A beefed-up odor-control ordinance that would require marijuana grow houses to reduce the smells they emit won approval Tuesday from a Denver City Council committee.
The proposal fits into a larger council discussion about ways to limit the industry’s impact on neighborhoods that are saturated with marijuana businesses. About 1 a.m. Tuesday, the full council deadlocked 6-6 on a proposal to set location caps for pot shops and cultivation facilities. That licensing measure could be reintroduced for more discussion next Monday.
While council members have struggled to find consensus on licensing, the odor measure was advanced easily at the afternoon Safety & Well-being Committee meeting.
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The city’s Department of Environmental Health says the expanded ordinance would add nearby business owners and their employees to the list of people can file formal complaints about an offending facility’s odors; currently only residents can file complaints. The city must receive five complaints about a facility to trigger inspection and enforcement, but the proposal would extend the period for that threshold to be met from 12 hours to 30 days.
The most proactive measure is a proposed requirement for certain businesses, including marijuana growing, processing or manufacturing operations, to submit odor-control plans to the city. Those would describe any odors expected to originate at the business and, if necessary, a plan to use technology to prevent the odor’s emission, such as air scrubbers.
Businesses also would have to file such a plan if they manufacture pet food, process meat byproducts, manufacture asphalt shingles or coating materials, refine oil, preserve wood or treat sewage. And odor-control plans could be required if a facility receives too many complaints or exceeds odor thresholds in testing.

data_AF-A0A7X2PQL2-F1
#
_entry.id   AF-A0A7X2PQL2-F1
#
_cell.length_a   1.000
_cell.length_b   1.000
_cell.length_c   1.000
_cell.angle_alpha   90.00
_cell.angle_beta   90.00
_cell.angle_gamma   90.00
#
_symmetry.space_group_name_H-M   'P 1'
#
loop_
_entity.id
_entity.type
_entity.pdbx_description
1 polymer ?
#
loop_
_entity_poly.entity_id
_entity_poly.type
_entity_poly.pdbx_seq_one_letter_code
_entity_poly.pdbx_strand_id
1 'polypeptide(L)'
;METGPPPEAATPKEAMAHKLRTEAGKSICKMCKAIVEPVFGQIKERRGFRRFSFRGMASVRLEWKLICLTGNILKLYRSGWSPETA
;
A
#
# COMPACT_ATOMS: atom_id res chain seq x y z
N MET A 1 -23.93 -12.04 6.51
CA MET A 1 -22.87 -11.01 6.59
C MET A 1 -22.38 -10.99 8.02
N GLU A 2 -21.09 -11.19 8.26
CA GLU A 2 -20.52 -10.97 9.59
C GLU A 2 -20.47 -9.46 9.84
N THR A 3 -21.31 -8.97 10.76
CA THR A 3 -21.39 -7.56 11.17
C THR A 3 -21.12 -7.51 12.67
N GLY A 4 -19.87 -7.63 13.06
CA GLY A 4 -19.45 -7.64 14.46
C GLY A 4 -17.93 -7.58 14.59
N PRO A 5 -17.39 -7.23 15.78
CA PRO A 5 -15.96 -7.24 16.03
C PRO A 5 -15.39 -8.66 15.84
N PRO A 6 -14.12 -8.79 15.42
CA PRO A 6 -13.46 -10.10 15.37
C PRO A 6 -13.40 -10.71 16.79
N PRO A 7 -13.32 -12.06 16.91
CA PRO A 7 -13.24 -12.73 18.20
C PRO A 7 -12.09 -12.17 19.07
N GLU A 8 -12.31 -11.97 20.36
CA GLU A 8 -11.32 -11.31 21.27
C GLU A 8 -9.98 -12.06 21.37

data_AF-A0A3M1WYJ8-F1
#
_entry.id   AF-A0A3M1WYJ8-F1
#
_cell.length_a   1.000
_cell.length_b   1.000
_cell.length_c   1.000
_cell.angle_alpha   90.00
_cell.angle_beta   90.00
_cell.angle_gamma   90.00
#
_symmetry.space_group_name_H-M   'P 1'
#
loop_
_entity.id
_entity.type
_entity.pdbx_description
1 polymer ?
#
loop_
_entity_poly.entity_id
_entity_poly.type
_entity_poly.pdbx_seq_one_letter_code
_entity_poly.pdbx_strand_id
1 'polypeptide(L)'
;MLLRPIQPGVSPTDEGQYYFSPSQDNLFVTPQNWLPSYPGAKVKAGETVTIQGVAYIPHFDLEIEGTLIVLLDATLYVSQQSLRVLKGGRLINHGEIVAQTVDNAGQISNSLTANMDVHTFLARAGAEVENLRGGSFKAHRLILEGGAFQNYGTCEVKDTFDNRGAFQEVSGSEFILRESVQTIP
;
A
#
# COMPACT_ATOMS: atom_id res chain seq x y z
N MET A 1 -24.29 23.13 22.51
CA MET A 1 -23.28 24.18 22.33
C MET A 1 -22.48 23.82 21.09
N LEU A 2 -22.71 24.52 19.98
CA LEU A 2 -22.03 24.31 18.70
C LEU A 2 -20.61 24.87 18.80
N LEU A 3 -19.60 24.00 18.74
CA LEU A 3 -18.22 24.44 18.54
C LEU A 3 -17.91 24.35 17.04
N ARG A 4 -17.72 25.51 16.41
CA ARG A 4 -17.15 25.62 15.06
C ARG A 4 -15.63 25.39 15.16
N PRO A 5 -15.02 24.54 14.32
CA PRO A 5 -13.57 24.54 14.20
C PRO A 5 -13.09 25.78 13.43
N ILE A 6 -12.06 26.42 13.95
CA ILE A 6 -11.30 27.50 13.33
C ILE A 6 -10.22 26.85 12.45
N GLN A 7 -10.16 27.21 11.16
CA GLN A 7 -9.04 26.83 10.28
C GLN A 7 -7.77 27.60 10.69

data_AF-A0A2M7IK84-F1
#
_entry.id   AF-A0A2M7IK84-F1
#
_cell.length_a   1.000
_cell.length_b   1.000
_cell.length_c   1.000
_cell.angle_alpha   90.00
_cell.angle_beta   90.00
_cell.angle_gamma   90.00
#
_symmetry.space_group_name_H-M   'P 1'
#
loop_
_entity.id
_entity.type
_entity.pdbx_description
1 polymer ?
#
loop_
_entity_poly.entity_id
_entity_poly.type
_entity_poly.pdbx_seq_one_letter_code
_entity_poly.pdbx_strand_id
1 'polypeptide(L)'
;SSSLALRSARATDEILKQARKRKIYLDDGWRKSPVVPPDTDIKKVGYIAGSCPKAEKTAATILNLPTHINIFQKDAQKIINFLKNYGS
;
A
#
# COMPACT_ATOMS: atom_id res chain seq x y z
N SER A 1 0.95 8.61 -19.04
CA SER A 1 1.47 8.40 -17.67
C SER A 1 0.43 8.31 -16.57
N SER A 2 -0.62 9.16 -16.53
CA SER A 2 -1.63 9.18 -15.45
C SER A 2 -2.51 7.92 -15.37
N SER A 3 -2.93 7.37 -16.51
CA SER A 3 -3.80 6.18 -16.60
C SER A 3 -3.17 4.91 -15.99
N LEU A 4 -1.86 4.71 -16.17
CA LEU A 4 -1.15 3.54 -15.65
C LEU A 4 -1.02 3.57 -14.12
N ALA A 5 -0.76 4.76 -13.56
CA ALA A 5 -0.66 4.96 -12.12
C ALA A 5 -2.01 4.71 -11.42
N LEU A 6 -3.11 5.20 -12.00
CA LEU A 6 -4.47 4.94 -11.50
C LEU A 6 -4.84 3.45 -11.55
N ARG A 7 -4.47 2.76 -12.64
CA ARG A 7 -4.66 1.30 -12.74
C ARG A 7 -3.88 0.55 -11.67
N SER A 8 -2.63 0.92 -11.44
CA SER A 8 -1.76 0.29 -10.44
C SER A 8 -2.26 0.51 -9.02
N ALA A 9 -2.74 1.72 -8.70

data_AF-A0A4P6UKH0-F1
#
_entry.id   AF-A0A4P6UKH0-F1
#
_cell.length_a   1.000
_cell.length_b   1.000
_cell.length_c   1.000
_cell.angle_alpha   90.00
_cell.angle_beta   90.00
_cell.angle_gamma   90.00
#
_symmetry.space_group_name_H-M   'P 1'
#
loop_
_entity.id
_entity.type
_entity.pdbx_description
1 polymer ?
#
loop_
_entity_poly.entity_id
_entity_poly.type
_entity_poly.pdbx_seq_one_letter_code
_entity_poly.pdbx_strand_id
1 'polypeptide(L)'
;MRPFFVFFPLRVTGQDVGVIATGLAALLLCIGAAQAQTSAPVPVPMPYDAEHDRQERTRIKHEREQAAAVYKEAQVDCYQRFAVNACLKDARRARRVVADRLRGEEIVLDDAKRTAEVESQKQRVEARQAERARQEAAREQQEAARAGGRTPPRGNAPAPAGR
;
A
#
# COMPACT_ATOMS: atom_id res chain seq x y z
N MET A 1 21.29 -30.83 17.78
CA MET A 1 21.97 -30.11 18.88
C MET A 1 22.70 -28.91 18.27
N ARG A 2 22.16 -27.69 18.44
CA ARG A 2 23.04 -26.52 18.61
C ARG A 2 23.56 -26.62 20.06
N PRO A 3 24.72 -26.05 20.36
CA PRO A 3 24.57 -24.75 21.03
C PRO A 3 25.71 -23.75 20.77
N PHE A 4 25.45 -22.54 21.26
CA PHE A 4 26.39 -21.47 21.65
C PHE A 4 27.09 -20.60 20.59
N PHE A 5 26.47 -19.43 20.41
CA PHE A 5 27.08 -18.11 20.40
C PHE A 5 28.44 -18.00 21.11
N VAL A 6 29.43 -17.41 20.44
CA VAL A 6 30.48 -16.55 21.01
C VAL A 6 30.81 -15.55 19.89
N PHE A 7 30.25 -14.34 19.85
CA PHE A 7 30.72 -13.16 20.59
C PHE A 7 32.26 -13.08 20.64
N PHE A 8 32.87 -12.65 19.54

If the full council approves the proposal on May 2, the health department plans to convene an odor advisory group to adopt detailed odor rules by early next year. The requirement for odor-control plans would take effect 90 days later.
Some in the marijuana industry have protested the new rules because odor-control equipment could prove costly. Neighborhood advocates have pushed for the changes, as have some council members.
But Councilman Albus Brooks, before voting early Tuesday against the marijuana licensing proposal, brought up the odor ordinance. He cautioned against believing it would eliminate marijuana odor problems entirely in some areas.
“When you begin to saturate and when you begin to concentrate (businesses), there’s no smell ordinance that can identify where this is coming from,” said Brooks, adding that he lives 800 feet from a grow house in Cole. “And I’ve never seen a council so sure of a bill that hasn’t even come through committee yet.”
Jon Murray: 303-954-1405, firstname.lastname@example.org or @JonMurray